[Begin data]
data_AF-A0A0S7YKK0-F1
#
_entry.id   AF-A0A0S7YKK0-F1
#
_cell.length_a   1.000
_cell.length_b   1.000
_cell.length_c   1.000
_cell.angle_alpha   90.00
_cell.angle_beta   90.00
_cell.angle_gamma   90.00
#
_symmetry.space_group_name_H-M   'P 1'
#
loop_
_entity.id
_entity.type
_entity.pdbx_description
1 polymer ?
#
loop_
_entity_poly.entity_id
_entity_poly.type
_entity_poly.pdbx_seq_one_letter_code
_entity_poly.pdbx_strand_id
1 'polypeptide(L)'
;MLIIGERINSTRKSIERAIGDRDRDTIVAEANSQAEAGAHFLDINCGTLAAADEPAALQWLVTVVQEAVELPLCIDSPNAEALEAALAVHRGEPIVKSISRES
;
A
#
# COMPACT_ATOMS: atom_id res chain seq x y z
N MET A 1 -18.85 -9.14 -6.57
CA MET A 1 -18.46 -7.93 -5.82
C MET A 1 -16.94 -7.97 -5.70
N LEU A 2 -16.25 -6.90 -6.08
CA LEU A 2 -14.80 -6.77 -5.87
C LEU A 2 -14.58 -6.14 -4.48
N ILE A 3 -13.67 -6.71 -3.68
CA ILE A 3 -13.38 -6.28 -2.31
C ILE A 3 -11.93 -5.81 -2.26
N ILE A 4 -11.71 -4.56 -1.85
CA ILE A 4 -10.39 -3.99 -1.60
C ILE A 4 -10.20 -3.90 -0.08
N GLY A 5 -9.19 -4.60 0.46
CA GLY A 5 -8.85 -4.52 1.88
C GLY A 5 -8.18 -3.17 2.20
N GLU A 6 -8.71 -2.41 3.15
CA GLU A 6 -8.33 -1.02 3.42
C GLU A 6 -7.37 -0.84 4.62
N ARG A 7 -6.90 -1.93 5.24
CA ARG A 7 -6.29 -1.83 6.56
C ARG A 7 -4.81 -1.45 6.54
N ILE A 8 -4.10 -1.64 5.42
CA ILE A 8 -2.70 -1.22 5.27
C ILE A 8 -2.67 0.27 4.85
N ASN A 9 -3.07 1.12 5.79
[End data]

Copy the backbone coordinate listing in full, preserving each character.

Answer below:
data_AF-A0A0S7YKK0-F1
#
_entry.id   AF-A0A0S7YKK0-F1
#
_cell.length_a   1.000
_cell.length_b   1.000
_cell.length_c   1.000
_cell.angle_alpha   90.00
_cell.angle_beta   90.00
_cell.angle_gamma   90.00
#
_symmetry.space_group_name_H-M   'P 1'
#
loop_
_entity.id
_entity.type
_entity.pdbx_description
1 polymer ?
#
loop_
_entity_poly.entity_id
_entity_poly.type
_entity_poly.pdbx_seq_one_letter_code
_entity_poly.pdbx_strand_id
1 'polypeptide(L)'
;MLIIGERINSTRKSIERAIGDRDRDTIVAEANSQAEAGAHFLDINCGTLAAADEPAALQWLVTVVQEAVELPLCIDSPNAEALEAALAVHRGEPIVKSISRES
;
A
#
# COMPACT_ATOMS: atom_id res chain seq x y z
N MET A 1 -18.85 -9.14 -6.57
CA MET A 1 -18.46 -7.93 -5.82
C MET A 1 -16.94 -7.97 -5.70
N LEU A 2 -16.25 -6.90 -6.08
CA LEU A 2 -14.80 -6.77 -5.87
C LEU A 2 -14.58 -6.14 -4.48
N ILE A 3 -13.67 -6.71 -3.68
CA ILE A 3 -13.38 -6.28 -2.31
C ILE A 3 -11.93 -5.81 -2.26
N ILE A 4 -11.71 -4.56 -1.85
CA ILE A 4 -10.39 -3.99 -1.60
C ILE A 4 -10.20 -3.90 -0.08
N GLY A 5 -9.19 -4.60 0.46
CA GLY A 5 -8.85 -4.52 1.88
C GLY A 5 -8.18 -3.17 2.20
N GLU A 6 -8.71 -2.41 3.15
CA GLU A 6 -8.33 -1.02 3.42
C GLU A 6 -7.37 -0.84 4.62
N ARG A 7 -6.90 -1.93 5.24
CA ARG A 7 -6.29 -1.83 6.56
C ARG A 7 -4.81 -1.45 6.54
N ILE A 8 -4.10 -1.64 5.42
CA ILE A 8 -2.70 -1.22 5.27
C ILE A 8 -2.67 0.27 4.85
N ASN A 9 -3.07 1.12 5.79